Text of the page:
Throwback Thursday: Should You Write a Fancy Outline for Your Novel?


Throwback Thursday is a series where we take a look back at some of AWP’s most popular posts. Enjoy!

by Jean M. Cogdell


Maybe- Maybe not.

It’s your book, you make the rules.

Different strokes for different folks. Me, I’m trying to be more organized in my writing this year. Only time will tell if I’m successful. LOL

However, I find outlining is a bit of a mystery.

Outlining an unwritten book is weird because you don’t know what will happen. It’s not the same as outlining a book read for a class assignment. No the formal process of outlining a book idea is as foreign to me as Spanish or French. I know just enough to embarrass myself.

Last week I announced to my friend, with much excitement,  I’d finished outlining my first novel. I was stumped for a second when she asked me how many levels I used. Huh? Levels? Like in… I, A, 1, a, ii….

None. Nada, zip. I didn’t use any. Instead, I let the story unfold in my head and then put it to paper one scene at a time. 1-30.

Late at night, I lay in bed and the characters drove me nuts until I added another scene to the list. That’s how I outlined. Nothing fancy. Just one paragraph at a time. Also known as the headlight method.

Today, outlines are much more fluid than the rigid things we studied  in school many moons ago. In fact, if you Google how to outline a novel you’ll find just about as many ideas on outlines as stories on the latest TV personality.

“Writing is like driving a car at night. You can only see as far as the headlights, but you make the whole trip that way. “

E.L. Doctrow

Take your pick. Old school (traditional), Synopsis, Scrivener, Snowflake, Headlight method (yeah some weird names), Mind mapping, Sticky notes, Scratch pads, 3 acts, and the list goes on. Don’t let the idea of making an outline intimidate you. If you want to try just pick what works for you and run with it.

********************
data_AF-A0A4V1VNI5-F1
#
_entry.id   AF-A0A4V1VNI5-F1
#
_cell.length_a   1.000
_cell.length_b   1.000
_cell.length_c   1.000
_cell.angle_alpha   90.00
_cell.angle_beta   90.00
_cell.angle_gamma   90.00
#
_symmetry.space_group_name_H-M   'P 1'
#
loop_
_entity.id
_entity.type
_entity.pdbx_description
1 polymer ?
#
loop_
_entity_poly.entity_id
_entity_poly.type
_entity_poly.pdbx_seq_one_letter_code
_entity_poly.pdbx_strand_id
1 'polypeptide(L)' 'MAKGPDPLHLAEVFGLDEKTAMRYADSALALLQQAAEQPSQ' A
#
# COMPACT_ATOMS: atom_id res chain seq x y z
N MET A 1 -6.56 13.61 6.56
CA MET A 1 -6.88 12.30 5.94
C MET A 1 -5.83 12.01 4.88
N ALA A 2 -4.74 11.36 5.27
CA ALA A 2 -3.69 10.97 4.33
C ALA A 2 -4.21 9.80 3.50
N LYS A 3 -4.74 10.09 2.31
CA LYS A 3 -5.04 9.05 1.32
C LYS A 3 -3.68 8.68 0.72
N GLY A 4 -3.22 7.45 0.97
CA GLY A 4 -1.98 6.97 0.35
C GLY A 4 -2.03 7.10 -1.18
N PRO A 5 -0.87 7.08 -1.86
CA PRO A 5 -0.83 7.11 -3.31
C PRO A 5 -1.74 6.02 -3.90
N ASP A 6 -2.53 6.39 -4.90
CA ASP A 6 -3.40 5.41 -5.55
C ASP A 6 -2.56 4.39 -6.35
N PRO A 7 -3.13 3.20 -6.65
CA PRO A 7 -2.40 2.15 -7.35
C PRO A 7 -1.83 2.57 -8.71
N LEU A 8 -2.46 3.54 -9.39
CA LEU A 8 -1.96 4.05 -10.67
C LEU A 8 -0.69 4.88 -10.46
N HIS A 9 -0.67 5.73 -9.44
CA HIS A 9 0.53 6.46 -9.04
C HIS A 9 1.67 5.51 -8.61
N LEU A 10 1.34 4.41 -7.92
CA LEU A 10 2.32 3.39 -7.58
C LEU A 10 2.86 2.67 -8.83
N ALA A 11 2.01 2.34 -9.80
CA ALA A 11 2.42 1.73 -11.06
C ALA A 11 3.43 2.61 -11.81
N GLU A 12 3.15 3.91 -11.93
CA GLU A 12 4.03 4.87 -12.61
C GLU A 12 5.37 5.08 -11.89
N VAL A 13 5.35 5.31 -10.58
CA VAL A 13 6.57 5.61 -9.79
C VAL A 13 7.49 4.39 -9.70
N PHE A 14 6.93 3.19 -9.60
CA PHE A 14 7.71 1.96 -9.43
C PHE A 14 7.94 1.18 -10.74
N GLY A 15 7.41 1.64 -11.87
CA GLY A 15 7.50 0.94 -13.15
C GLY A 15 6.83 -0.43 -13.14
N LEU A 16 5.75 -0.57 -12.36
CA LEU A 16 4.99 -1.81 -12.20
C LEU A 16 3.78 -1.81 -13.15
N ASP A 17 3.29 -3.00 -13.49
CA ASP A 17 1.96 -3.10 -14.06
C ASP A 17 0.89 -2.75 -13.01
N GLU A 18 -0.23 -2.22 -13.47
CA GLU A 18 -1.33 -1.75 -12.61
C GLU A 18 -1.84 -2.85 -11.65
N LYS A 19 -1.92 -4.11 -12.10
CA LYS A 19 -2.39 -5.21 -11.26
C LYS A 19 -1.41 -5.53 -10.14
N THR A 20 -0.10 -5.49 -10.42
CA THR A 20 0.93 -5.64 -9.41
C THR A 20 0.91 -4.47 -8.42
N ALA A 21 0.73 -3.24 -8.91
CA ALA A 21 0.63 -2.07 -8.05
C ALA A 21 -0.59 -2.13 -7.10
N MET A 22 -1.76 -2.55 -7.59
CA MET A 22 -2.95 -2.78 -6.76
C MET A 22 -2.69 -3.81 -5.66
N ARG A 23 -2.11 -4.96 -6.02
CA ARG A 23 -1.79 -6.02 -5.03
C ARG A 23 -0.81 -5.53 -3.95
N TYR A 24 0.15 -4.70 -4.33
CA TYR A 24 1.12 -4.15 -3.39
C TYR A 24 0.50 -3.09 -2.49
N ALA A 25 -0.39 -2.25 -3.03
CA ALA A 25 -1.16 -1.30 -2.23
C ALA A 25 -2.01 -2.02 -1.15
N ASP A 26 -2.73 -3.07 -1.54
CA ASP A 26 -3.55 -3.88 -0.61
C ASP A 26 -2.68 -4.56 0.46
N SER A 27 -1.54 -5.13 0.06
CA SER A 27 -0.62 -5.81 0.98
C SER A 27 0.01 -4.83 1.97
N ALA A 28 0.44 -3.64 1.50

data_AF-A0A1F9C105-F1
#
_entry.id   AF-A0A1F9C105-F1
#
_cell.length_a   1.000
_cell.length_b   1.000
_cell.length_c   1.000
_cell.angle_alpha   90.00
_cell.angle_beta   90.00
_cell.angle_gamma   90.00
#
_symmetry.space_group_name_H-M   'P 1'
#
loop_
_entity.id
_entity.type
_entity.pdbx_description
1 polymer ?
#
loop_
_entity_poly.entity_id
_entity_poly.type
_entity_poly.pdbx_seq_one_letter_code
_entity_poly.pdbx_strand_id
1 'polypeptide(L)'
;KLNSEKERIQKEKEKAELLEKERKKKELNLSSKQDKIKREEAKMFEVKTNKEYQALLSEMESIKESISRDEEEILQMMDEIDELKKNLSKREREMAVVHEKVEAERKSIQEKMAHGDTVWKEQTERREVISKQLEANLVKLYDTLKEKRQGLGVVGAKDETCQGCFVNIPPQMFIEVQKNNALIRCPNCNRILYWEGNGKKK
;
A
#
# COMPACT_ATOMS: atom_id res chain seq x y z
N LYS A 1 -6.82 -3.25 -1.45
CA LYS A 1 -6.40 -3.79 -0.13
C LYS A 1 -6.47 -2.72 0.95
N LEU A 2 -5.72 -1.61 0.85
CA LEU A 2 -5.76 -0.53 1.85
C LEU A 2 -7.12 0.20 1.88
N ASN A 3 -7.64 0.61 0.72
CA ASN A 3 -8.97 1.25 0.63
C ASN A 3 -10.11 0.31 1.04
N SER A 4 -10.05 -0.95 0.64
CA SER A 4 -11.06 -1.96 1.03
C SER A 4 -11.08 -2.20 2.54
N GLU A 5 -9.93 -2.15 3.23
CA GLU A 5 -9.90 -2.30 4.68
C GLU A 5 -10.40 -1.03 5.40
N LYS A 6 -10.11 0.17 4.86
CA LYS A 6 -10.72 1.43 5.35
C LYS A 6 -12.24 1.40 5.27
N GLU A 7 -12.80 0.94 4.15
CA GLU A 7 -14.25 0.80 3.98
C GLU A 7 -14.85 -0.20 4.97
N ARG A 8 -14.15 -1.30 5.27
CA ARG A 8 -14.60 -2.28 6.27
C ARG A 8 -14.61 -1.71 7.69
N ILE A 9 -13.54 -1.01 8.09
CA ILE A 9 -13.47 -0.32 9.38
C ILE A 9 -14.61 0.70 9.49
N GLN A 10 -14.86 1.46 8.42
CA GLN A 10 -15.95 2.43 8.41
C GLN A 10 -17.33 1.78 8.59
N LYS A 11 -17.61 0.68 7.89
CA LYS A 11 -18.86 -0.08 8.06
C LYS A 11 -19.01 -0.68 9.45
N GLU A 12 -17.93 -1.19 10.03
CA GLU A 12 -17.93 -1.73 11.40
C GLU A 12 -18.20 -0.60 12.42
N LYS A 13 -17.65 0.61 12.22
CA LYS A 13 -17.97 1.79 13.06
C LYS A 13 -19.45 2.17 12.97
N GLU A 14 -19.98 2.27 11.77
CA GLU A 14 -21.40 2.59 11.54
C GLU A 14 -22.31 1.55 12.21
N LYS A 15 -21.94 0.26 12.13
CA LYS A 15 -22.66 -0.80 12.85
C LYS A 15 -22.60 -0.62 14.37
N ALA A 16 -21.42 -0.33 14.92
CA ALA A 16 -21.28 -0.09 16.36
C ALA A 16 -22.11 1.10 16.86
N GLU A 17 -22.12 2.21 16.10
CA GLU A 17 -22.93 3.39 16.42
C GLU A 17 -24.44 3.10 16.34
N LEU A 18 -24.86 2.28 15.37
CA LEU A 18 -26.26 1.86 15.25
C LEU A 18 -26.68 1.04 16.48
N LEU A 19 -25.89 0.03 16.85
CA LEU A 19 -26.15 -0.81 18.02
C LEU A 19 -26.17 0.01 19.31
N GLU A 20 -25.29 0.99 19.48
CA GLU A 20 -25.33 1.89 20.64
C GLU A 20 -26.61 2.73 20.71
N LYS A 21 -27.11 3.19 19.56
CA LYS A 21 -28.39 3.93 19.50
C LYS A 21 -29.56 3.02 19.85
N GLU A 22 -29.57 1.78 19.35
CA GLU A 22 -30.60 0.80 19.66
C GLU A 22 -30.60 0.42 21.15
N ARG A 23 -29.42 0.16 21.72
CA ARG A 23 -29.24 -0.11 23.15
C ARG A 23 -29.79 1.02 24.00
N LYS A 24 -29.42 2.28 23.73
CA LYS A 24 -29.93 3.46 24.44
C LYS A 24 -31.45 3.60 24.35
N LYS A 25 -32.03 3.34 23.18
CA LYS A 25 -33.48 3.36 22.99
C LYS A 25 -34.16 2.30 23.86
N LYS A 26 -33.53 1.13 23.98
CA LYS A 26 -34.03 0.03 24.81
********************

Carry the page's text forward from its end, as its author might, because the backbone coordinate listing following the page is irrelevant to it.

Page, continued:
However if you just want a guideline to keep you from driving off in a ditch you might try my idea.

  • First: Open up your program, whichever you choose to use. Scrivener or Word, list your chapters, and then let the story begin to play in your head.
  • Next: Begin to write brief notes about what will happen.
  • Then: Step through each numbered chapter until you reach the end.
  • Now you’re ready to let your freak fly!
  • Go to the beginning and start writing. Use the numbered paragraphs as a map for when you get lost or veer too far off the path.




Original article here.

Guest post contributed by Jean M. Cogdell. Jean grew up in a small SC town, near the Great Smoky Mountains. Her stories and essays are available in Fiction Southeast, Anthology Once Upon A Time, Flash Fiction World II, Scissors & Spackle, Squawk Back, WTD, YAREAH, and Angie’s Diary Online Magazine.


7 thoughts on “Throwback Thursday: Should You Write a Fancy Outline for Your Novel?”

  1. I’m not great out outlining… mainly because whenever I start to right it out I don’t end up following it at all. For NaNo what I’m doing is writing for the day and deciding on a basic outline after I’m done for the next day so I can look at it and know kind of where to start up again without having to re-read anything.


  2. I’m so confused when it comes to outlining. I’m so out of practice with the traditional format, and I have no idea about how to outline using those other methods like the snowflake. I just write out key points in scenes throughout the story. That’s the process that works best, especially when I write short stories. I try to leave some room in the event my story goes on a tangent I didn’t anticipate. As such, I’ll revise the outline accordingly.


  3. I’m not even going to pretend I know what’s going on. 😳 But I’m officially terrified. I have a story that requires an appendix and a table of contents, now I have to do what? Yikes! I am the worst synopsis writer ever allowed to live on the planet. I get a rash thinking about it. this post, though. ☺️


  4. Reblogged this on adaratrosclair and commented:
    REBLOGGED! #Throwback Thursday from It’s that time of year again. #NaNoWriMo is here and I have a lot of writing to do, but most likely not enough time to make that and the rest of my life happen. 😦


  5. I personally love outlining! What it really helps me with is that I usually have the whole story (or most of it) kicking around in my head. If I don’t write it down one way or another, the end bits are going to be bugging me while I’m still writing the early bits. By writing everything down as an outline, it’s as if I’m pulling the ideas out of my head and relocating them so I can focus on the matter at hand. Can’t say I’m too familiar with all the fancy names though; mine are pretty traditional


  6. I’ve been more or less a pantser in the past. Like you though, I want to be more organized so I don’t lose my motivation. I’ve tried several outline methods, feeling as if I’m just spinning my wheels in grainy sand. I like this idea of the headlight method. I’m going to try it out.


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